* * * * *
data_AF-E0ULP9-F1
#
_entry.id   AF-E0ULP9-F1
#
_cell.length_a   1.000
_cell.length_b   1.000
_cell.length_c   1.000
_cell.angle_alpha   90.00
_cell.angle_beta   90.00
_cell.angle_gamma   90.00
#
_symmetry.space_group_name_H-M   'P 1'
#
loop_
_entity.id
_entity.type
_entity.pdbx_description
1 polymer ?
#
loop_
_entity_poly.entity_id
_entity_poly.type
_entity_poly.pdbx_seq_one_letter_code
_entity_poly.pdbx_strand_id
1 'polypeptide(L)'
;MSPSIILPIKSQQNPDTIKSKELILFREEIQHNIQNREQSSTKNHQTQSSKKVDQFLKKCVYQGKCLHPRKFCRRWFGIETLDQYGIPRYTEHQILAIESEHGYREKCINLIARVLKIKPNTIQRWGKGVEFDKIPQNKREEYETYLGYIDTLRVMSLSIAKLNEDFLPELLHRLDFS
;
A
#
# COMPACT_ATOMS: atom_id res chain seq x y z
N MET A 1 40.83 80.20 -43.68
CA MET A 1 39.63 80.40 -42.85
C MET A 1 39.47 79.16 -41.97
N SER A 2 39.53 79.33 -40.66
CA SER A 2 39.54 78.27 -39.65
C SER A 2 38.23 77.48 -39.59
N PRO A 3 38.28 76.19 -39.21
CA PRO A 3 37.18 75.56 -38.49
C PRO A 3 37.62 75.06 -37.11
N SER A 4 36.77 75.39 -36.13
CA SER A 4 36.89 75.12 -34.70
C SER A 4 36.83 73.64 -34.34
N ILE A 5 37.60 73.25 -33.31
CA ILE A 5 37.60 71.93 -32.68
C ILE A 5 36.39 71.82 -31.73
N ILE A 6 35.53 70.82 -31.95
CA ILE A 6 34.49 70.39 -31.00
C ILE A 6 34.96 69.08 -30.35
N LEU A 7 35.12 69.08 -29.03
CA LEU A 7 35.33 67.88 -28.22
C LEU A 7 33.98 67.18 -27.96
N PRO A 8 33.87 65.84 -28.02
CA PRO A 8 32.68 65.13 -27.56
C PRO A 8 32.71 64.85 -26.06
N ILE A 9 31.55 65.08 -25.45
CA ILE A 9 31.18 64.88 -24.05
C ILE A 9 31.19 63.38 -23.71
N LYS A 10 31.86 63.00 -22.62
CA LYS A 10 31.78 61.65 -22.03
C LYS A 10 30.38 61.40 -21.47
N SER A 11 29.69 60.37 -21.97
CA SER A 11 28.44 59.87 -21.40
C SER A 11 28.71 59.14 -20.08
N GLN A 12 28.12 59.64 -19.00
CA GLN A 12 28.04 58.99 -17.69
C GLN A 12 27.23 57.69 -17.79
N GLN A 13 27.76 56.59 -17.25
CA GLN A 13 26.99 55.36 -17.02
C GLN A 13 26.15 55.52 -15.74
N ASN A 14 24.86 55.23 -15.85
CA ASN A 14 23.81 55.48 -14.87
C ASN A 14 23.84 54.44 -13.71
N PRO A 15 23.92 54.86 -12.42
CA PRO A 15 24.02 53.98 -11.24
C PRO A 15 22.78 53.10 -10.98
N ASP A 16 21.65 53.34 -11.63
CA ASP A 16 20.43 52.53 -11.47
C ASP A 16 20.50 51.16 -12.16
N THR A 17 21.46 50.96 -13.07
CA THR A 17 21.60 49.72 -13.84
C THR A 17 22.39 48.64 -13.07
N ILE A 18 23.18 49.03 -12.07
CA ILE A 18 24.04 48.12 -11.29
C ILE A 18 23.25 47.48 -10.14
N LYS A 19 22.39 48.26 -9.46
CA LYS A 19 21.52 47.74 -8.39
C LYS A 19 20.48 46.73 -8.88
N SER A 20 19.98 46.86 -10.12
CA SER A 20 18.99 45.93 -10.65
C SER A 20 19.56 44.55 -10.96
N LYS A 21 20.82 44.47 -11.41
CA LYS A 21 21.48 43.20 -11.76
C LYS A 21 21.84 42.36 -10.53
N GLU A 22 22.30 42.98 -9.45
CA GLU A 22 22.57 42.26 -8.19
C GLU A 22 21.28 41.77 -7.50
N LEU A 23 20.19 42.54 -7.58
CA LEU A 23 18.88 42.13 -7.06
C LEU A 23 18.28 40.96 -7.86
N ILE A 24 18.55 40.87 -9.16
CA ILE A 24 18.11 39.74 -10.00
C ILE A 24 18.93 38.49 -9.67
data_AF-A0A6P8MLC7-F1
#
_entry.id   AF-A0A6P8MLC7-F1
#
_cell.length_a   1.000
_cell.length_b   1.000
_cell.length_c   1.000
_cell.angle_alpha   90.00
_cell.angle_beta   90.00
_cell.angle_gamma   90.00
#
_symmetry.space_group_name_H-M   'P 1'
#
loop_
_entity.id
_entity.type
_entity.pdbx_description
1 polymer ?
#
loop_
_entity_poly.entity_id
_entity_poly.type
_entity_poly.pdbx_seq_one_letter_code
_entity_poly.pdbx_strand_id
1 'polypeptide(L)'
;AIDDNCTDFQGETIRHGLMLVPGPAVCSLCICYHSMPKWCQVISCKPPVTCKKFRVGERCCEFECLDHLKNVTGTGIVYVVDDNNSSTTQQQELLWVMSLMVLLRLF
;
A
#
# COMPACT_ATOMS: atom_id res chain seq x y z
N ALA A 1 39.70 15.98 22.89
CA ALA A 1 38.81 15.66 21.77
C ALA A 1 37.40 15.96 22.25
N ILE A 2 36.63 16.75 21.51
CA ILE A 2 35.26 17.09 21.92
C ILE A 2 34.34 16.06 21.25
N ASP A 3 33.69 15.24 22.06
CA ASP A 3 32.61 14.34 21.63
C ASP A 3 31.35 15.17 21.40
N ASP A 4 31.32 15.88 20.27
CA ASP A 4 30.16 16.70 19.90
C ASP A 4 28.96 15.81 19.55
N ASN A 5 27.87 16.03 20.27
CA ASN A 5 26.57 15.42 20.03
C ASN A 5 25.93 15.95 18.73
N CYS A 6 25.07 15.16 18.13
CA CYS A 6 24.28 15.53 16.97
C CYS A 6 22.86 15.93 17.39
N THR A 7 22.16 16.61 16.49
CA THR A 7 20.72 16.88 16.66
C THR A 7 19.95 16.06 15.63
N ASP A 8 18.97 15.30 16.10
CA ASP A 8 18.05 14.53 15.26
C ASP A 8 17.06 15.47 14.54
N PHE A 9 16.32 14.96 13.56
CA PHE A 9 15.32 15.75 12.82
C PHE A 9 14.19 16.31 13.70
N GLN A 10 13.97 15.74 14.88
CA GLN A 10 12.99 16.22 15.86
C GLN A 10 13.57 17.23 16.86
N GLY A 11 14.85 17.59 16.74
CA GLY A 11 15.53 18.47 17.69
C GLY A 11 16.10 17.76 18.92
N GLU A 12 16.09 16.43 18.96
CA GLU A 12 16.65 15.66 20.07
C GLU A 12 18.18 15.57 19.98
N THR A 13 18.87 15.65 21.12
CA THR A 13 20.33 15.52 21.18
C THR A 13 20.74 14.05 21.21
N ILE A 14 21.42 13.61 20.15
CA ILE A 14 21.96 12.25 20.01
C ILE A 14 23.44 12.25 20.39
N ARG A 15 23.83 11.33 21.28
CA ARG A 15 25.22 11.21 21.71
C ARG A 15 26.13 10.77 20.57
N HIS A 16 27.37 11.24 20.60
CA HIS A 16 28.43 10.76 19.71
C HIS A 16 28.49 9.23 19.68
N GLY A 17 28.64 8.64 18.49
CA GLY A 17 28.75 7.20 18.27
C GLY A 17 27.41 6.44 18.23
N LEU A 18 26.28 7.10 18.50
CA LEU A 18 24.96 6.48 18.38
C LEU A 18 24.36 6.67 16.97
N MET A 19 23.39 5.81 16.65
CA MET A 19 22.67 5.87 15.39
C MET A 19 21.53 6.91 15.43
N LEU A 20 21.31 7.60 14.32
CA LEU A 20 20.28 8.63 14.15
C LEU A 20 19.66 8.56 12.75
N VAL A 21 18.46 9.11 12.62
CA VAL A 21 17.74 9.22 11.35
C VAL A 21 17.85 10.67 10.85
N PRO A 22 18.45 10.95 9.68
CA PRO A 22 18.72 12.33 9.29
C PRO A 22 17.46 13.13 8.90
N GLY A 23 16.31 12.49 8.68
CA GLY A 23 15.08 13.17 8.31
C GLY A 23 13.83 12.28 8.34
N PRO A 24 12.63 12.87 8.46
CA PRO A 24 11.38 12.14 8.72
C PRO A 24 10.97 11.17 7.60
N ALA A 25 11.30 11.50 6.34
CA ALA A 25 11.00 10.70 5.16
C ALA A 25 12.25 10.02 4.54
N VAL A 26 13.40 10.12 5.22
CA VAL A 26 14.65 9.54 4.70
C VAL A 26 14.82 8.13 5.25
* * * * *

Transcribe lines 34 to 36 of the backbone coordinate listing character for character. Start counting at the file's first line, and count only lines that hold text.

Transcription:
N SER A 2 39.53 79.33 -40.66
CA SER A 2 39.54 78.27 -39.65
C SER A 2 38.23 77.48 -39.59